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The Science Behind Your Easter Egg

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This Easter, we’ve partnered with the Chocolate Museum to make our very own Robot Easter Egg. Isabelle Alaya, Founder and Director of the Museum, explains the science behind the process and how you can become a chocolate chemist.

Did you know that in order to make chocolate glossy, smooth and silky in texture it has to be tempered? Chocolatiers have to manipulate the sugar and fat crystals within the cocoa butter by meticulously heating, cooling and agitating its molecular properties so the mixture crystallises into its most stable form. While the process may seem complex, everyone can become a chocolate chemist and temper their own chocolate at home. Here’s what you’ll need:

  • Waterproof Thermometer probe
  • Large bowl
  • Small Saucepan
  • Mixing spoon
  • Cocoa butter based Chocolate for melting (couverture)
  • ⅓ Extra chocolate for cooling

First, like all good chemists, be aware of your experiment surroundings and your equipment before you begin the process. Chocolate should be tempered in a cool, dry environment, as moisture and humidity can cause the sugar crystals to evaporate, leaving your chocolate with streaks and a gritty, matte texture. Keeping this in mind, make sure all your equipment is dry and shut your windows on a humid day.

The Six Polymorphs of ChocolateThe Six Polymorphs of ChocolateTake your saucepan and fill it with two inches of water to create a bain-marie. The trick is to ensure that when you place your large melting bowl over the pan the base does not touch the water, otherwise the chocolate at the bottom of the bowl will heat over boiling point and split, ruining its molecular structure.

Bring your water to a gentle simmer over a medium to low heat, fill your bowl with chocolate, place it over the saucepan, and leave it to melt for at least ten minutes. Many chocolatiers insist on leaving their chocolate to melt for at least one to two hours to completely separate the existing sugar and fat crystals, but letting your chocolate melt for at least ten minutes will still enable you to melt the appropriate crystals and get the shine and smooth texture you’re looking for in tempered chocolate.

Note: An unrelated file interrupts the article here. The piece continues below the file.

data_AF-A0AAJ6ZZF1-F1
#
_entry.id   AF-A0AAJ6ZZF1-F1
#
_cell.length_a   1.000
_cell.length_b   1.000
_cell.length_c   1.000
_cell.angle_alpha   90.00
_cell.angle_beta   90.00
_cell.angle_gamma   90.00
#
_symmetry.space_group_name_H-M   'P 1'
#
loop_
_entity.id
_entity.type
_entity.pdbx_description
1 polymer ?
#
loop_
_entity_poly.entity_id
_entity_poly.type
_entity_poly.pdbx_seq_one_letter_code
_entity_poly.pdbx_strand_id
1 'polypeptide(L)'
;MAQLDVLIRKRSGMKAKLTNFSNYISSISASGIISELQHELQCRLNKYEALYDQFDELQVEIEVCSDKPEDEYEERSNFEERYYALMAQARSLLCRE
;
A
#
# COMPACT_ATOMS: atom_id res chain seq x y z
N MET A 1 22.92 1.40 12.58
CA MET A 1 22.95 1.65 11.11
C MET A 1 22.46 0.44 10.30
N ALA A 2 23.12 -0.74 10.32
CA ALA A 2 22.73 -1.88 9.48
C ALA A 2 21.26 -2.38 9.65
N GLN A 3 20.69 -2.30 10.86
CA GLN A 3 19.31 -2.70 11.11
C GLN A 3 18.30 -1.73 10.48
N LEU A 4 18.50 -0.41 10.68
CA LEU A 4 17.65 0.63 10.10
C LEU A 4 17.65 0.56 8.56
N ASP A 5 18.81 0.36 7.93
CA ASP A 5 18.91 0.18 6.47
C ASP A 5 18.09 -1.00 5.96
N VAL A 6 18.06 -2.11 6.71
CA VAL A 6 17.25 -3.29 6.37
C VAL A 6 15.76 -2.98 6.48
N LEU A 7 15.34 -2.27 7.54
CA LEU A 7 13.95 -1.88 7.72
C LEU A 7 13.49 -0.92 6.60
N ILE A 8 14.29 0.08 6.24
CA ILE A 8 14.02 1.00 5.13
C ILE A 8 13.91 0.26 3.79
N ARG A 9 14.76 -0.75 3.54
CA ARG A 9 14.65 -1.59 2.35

As your chocolate melts, the chemical changes in the cocoa butter begin to take place. Cocoa butter makes up 55% of what is extracted from the cocoa bean and its intricate molecular structure is what gives chocolate its enticing aroma and silky texture. Cocoa butter is believed to be made up of at least six different types of sugar and fat crystals each with their own melting temperatures, but only one, Form V (or the ẞ crystal form), is exactly right as it melts at body temperature and has a firm, stable and shiny texture that snaps when set.

Once fully melted, lift your bowl of melted chocolate off the heat. The crystals within the cocoa butter will now be fully separated. Now chocolatiers manipulate the crystallisation of the cocoa butter by controlling its cooling through a process called tempering.

The first step of tempering involves agitating the mixture to ensure that it quickly cools to a temperature between 27-28°C, causing part of the mixture to crystallise in a V formation. After this step, chocolatiers reheat the mixture to 31°C for milk (30°C for white, 32°C for dark chocolate). Through this process an inner grid of stable crystals are formed, leaving the chocolate perfectly shiny and with a crisp snap when broken. To speed up this method, chocolatiers often work on marble which has incredible natural cooling properties.

There is a simpler way to temper your chocolate at home using a process called the ‘seeding’ method. To temper chocolate by seeding you must agitate and cool the mixture by adding solid chocolate and mixing forcibly. It takes roughly an extra third of the amount of chocolate you melted to temper your chocolate perfectly. Check the chocolate’s temperature frequently as you add your additional chocolate in small pieces and mix them quickly into the bowl. Allow them to melt entirely before adding more. When you have reached the working temperature (31°C for milk, 30°C for white, 32°C for dark chocolate), you can start filing your desired mould, dipping, coating or drizzling.

Chocolate Robot made by the Chocolate Museum

To check your chocolate is tempered and ready to work with, you can dip a metal teaspoon into the bowl and wait to see how it dries. If the cocoa butter has crystallised into the desired V formation, the chocolate will set with an entirely glossy shine. Alternatively, if you rub the surface of the chocolate it should have a smooth texture that melts at body temperature.

‘Blooming’, a common problem in chocolate making, may occur during this tempering process. This is recognisable by any discoloured grey casting, streaks and spots in the chocolate and is by the fat crystals forming into an unstable crystal formation during the tempering process.

Blooming may also cause your chocolate to be noticeably rough in texture, often caused by high humidity or exposure to moisture. The surface sugar crystals will absorb the moisture and dissolve, after the moisture has evaporated the sugar will recrystallize into a different and larger crystal formation which is grainier in texture. But don’t worry, if this happens you can always remelt the chocolate and start the process all over again!

Happy chocolate making!

Visit Robots until 3 September 2017 with late night openings every Friday until 22.00.


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